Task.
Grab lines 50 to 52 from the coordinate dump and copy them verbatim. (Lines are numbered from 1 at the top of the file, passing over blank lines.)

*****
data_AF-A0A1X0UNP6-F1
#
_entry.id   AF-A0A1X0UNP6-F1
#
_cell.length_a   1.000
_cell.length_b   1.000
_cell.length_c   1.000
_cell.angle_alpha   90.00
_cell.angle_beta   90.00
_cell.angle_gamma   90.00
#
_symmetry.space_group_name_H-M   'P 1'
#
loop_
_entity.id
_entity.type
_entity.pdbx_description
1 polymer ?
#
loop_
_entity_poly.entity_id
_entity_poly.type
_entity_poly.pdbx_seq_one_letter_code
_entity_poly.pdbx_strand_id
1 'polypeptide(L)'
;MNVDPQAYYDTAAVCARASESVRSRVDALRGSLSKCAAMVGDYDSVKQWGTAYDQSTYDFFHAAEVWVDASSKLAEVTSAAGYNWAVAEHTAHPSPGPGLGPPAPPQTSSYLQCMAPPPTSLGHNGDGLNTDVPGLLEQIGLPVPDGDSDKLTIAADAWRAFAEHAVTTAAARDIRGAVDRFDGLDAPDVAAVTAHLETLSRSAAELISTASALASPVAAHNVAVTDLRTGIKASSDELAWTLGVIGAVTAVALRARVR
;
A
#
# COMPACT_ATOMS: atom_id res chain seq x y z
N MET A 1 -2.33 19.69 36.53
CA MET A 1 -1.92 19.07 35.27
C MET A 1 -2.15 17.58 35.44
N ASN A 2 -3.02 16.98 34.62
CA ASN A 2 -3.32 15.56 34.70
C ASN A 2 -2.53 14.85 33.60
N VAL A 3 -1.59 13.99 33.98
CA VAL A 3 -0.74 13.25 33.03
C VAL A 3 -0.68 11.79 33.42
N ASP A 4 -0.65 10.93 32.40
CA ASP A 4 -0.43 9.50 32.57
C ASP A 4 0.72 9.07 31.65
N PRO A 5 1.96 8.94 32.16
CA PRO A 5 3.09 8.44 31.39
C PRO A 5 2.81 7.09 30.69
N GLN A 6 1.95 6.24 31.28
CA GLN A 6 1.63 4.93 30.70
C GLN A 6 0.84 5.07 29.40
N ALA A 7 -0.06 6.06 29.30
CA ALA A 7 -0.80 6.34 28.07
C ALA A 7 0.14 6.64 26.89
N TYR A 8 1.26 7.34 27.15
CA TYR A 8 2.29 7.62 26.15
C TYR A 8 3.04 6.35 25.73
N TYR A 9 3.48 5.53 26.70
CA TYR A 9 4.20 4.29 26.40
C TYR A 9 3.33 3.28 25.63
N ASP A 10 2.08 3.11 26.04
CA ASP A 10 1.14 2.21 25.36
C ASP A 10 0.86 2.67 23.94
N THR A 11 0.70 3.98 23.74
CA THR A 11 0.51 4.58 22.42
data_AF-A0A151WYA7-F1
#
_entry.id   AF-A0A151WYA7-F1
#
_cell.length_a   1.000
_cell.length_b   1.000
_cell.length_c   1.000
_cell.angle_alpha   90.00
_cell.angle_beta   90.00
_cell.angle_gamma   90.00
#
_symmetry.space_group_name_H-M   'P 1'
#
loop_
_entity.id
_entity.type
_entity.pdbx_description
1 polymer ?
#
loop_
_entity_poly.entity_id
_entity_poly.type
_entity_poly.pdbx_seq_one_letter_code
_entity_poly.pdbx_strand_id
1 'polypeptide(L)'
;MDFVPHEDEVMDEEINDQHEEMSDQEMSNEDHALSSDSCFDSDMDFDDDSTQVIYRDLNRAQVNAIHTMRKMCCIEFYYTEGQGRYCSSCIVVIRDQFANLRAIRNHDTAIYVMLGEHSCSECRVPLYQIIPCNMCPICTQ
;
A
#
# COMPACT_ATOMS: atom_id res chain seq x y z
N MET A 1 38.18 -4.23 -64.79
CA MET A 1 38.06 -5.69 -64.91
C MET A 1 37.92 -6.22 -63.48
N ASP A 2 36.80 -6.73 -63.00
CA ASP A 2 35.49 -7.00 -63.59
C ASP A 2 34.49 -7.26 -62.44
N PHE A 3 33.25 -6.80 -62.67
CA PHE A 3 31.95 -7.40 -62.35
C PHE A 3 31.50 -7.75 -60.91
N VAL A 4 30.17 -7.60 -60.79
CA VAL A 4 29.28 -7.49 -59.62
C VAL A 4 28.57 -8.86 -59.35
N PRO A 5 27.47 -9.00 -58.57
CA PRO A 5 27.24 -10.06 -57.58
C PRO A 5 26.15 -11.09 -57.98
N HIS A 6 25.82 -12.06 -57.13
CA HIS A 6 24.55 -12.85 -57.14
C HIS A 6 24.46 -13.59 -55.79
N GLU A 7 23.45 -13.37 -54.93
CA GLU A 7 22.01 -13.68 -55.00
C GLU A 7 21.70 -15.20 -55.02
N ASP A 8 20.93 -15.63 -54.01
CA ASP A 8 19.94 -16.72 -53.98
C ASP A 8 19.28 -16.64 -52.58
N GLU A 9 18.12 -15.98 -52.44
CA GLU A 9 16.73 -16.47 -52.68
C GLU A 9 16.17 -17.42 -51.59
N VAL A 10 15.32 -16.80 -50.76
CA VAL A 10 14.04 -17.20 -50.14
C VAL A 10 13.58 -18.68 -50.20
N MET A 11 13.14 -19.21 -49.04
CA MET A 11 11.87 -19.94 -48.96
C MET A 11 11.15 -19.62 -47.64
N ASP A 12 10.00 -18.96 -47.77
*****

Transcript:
CA ALA A 7 -0.80 6.34 28.07
C ALA A 7 0.14 6.64 26.89
N TYR A 8 1.26 7.34 27.15